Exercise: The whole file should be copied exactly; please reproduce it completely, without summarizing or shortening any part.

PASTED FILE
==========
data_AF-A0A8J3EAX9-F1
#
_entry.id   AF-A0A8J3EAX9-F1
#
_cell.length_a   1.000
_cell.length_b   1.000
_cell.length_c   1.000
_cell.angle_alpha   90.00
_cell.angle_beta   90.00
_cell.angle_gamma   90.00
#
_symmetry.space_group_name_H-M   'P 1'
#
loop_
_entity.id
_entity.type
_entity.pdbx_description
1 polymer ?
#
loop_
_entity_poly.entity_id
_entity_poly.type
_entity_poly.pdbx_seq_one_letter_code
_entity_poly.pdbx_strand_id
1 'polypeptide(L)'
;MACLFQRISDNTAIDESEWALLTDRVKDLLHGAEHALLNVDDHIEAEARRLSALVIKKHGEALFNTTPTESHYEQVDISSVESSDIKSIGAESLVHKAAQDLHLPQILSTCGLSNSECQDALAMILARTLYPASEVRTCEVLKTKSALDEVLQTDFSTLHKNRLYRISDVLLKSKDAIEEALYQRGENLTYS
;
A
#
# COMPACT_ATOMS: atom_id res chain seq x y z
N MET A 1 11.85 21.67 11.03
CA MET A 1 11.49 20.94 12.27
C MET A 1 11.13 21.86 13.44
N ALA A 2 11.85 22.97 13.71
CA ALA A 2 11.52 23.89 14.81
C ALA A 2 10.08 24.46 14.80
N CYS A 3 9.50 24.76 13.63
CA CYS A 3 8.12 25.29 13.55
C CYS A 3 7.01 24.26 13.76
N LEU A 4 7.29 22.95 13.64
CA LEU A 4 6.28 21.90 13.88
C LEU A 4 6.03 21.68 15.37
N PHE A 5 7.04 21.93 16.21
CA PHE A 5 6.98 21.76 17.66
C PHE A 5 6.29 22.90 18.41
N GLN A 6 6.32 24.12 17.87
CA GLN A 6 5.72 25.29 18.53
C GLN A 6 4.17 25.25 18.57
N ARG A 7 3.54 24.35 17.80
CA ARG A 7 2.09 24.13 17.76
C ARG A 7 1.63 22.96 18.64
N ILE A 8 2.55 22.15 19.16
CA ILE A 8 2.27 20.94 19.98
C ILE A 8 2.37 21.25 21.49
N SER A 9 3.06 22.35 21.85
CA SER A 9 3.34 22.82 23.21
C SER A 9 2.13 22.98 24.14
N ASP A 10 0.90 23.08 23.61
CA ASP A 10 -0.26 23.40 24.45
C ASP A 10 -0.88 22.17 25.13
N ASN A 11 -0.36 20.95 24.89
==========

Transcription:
data_AF-A0A8J3EAX9-F1
#
_entry.id   AF-A0A8J3EAX9-F1
#
_cell.length_a   1.000
_cell.length_b   1.000
_cell.length_c   1.000
_cell.angle_alpha   90.00
_cell.angle_beta   90.00
_cell.angle_gamma   90.00
#
_symmetry.space_group_name_H-M   'P 1'
#
loop_
_entity.id
_entity.type
_entity.pdbx_description
1 polymer ?
#
loop_
_entity_poly.entity_id
_entity_poly.type
_entity_poly.pdbx_seq_one_letter_code
_entity_poly.pdbx_strand_id
1 'polypeptide(L)'
;MACLFQRISDNTAIDESEWALLTDRVKDLLHGAEHALLNVDDHIEAEARRLSALVIKKHGEALFNTTPTESHYEQVDISSVESSDIKSIGAESLVHKAAQDLHLPQILSTCGLSNSECQDALAMILARTLYPASEVRTCEVLKTKSALDEVLQTDFSTLHKNRLYRISDVLLKSKDAIEEALYQRGENLTYS
;
A
#
# COMPACT_ATOMS: atom_id res chain seq x y z
N MET A 1 11.85 21.67 11.03
CA MET A 1 11.49 20.94 12.27
C MET A 1 11.13 21.86 13.44
N ALA A 2 11.85 22.97 13.71
CA ALA A 2 11.52 23.89 14.81
C ALA A 2 10.08 24.46 14.80
N CYS A 3 9.50 24.76 13.63
CA CYS A 3 8.12 25.29 13.55
C CYS A 3 7.01 24.26 13.76
N LEU A 4 7.29 22.95 13.64
CA LEU A 4 6.28 21.90 13.88
C LEU A 4 6.03 21.68 15.37
N PHE A 5 7.04 21.93 16.21
CA PHE A 5 6.98 21.76 17.66
C PHE A 5 6.29 22.90 18.41
N GLN A 6 6.32 24.12 17.87
CA GLN A 6 5.72 25.29 18.53
C GLN A 6 4.17 25.25 18.57
N ARG A 7 3.54 24.35 17.80
CA ARG A 7 2.09 24.13 17.76
C ARG A 7 1.63 22.96 18.64
N ILE A 8 2.55 22.15 19.16
CA ILE A 8 2.27 20.94 19.98
C ILE A 8 2.37 21.25 21.49
N SER A 9 3.06 22.35 21.85
CA SER A 9 3.34 22.82 23.21
C SER A 9 2.13 22.98 24.14
N ASP A 10 0.90 23.08 23.61
CA ASP A 10 -0.26 23.40 24.45
C ASP A 10 -0.88 22.17 25.13
N ASN A 11 -0.36 20.95 24.89